This project built on previous DEI-focused work at Queens University and focused on the research questions: Are retention rates of BIPOC and Young Professional (under 40) faculty and staff different than the retention rates of the general population of faculty and staff? If so, how? If there a correlation? What impacts the retention rates of BIPOC and Young Professional faculty and staff on campus?
The following methods were used:
- Reviewed research on best practices for Employee Resource Groups.
- Held focus groups with BIPOC and YP Employee Resource Group members and leaders, senior leadership, and peers who are not persons of color or young professionals
- Conducted key informant interviews with Human Resources
- Analyzed data, including faculty/staff turnover data and HEDS DEI climate survey (retention and sense of belonging survey development in process)
Our project will improve retention and sense of belonging for BIPOC and young professional faculty and staff at Queens University (including differences in outcomes for both group leaders and group members so faculty and staff with these identities have professional development opportunities, feel supported by their peers, and want to be a part of the Queens community.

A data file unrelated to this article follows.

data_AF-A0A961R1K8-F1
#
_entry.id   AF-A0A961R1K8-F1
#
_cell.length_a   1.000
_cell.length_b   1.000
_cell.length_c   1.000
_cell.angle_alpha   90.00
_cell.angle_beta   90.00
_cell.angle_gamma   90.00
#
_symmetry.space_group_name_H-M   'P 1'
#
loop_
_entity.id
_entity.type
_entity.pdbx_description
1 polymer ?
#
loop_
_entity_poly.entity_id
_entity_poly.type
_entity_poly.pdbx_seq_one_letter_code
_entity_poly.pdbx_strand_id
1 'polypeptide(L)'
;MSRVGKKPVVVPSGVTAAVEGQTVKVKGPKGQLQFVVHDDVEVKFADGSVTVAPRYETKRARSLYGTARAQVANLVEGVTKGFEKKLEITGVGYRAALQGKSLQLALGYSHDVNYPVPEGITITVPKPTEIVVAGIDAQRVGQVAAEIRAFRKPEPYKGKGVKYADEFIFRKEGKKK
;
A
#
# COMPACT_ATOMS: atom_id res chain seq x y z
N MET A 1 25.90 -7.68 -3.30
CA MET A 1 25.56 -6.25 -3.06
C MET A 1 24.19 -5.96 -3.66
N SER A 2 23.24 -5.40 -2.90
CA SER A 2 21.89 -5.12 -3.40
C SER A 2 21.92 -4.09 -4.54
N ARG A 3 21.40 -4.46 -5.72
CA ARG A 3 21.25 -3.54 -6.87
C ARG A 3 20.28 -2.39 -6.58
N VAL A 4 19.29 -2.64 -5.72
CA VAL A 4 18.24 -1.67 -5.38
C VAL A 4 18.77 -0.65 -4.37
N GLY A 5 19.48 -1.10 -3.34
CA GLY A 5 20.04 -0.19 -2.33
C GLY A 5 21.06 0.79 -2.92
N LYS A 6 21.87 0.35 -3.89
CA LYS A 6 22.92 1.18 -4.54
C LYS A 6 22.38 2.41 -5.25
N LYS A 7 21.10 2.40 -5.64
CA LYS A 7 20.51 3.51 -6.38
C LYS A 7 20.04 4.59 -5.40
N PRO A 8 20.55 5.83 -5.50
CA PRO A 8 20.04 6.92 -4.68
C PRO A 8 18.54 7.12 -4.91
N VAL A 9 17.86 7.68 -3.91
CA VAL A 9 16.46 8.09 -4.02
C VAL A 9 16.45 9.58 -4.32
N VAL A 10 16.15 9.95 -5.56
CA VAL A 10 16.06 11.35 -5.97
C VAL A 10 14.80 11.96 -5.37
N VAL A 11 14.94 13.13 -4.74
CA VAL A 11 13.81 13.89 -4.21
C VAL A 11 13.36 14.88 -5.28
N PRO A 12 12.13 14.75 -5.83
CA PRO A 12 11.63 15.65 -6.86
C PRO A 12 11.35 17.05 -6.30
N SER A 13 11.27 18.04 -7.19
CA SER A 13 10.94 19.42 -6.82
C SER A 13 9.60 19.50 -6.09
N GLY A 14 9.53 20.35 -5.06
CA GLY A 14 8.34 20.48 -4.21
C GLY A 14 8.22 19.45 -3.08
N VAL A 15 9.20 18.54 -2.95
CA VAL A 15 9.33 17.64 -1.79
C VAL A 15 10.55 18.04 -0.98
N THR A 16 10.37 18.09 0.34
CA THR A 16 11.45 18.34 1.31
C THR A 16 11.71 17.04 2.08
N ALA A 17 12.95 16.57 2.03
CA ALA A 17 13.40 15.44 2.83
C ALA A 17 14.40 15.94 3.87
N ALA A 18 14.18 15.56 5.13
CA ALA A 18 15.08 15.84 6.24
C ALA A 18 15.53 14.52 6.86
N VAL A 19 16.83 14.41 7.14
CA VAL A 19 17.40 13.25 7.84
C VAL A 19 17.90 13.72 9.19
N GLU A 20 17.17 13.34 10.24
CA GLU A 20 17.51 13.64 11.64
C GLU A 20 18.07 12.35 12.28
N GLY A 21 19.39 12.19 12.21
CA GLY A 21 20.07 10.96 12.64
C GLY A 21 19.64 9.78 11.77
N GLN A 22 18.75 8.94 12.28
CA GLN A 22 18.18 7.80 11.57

Lessons learned during this project implementation include:
- Need dedicated staff for DEI work (also consider DEI staff dedicated to employees).
- Disaggregating data poses challenges at small institutions because it can "out" someone and we need better disaggregated data to track trends for BIPOC employees and to share out to necessary stakeholders.
- Faculty and staff have different needs and paths (limited opportunity for growth for staff, particularly under 40; equity is different between faculty and staff - promotion structures impact retention; age has a higher correlation with retention, and there are various contributing factors - supervisory involvement, opportunities for advancement, salary, policies (e.g., parental leave), overall dissatisfaction).
- Need more than one faculty/staff with diverse identities to ensure belonging and prevent tokenism.
- Many BIPOC faculty/staff take on additional emotional/unpaid labor, mentoring students and junior employees that is not factored into compensation or promotion, but impact workload.
- Time is crucial! (We were ambitious... these issues are structural and longstanding.)